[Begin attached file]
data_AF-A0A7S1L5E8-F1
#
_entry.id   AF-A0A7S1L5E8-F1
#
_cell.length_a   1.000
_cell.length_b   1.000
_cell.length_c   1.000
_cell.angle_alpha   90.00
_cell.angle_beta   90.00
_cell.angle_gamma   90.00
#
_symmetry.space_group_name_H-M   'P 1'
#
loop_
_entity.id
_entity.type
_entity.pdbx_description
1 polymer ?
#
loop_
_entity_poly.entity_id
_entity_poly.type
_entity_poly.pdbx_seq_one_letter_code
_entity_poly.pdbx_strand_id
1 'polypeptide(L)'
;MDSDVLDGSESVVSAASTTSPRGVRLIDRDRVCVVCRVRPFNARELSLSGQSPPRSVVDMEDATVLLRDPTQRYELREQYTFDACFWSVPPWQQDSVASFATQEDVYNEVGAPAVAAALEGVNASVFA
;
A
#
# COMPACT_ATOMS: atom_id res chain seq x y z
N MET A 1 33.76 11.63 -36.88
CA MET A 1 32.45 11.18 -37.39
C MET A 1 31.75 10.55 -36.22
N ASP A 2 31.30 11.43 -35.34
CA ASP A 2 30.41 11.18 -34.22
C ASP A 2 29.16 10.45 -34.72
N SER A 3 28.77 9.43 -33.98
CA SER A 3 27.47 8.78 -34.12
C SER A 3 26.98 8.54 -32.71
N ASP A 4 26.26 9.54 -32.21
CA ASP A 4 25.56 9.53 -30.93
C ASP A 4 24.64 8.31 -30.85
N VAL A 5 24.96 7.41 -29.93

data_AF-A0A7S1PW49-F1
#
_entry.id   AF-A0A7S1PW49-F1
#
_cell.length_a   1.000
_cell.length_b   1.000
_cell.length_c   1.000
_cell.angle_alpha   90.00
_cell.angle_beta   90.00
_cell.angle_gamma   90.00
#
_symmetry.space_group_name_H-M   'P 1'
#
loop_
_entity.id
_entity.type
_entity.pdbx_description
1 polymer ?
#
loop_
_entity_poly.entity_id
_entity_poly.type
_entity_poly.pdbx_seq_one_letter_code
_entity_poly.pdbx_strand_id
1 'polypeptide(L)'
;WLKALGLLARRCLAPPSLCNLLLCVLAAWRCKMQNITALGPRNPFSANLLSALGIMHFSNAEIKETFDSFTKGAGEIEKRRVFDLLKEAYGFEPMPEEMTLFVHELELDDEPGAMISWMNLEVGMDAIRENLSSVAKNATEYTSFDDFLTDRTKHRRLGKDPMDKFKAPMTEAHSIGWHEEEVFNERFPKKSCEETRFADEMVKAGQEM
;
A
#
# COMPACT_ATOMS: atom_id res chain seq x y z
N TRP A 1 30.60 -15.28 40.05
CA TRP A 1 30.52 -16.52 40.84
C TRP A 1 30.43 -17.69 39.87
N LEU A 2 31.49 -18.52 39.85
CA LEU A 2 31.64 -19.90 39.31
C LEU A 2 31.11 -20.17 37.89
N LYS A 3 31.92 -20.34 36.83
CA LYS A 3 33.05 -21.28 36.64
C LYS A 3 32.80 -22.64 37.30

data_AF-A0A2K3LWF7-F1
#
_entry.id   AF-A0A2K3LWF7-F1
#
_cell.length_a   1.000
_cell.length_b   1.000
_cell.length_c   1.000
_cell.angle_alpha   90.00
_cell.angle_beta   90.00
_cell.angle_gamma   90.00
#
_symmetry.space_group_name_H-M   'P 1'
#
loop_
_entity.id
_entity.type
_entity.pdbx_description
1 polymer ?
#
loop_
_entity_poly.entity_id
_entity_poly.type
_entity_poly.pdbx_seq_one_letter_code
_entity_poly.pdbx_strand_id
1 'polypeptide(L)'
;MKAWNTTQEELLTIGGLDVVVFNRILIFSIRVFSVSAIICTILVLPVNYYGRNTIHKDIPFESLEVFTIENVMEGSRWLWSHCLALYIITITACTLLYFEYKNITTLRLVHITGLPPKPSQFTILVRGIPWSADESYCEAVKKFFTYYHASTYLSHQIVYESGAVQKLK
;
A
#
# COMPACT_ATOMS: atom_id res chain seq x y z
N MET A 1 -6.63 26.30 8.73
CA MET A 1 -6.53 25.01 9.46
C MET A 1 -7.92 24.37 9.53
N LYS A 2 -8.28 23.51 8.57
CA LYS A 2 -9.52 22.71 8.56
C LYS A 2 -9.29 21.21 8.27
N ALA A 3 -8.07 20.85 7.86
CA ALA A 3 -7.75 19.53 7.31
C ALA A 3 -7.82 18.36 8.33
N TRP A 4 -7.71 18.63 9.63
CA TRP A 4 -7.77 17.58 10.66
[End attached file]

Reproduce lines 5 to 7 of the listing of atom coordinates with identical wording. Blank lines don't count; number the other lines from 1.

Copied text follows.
_cell.length_a   1.000
_cell.length_b   1.000
_cell.length_c   1.000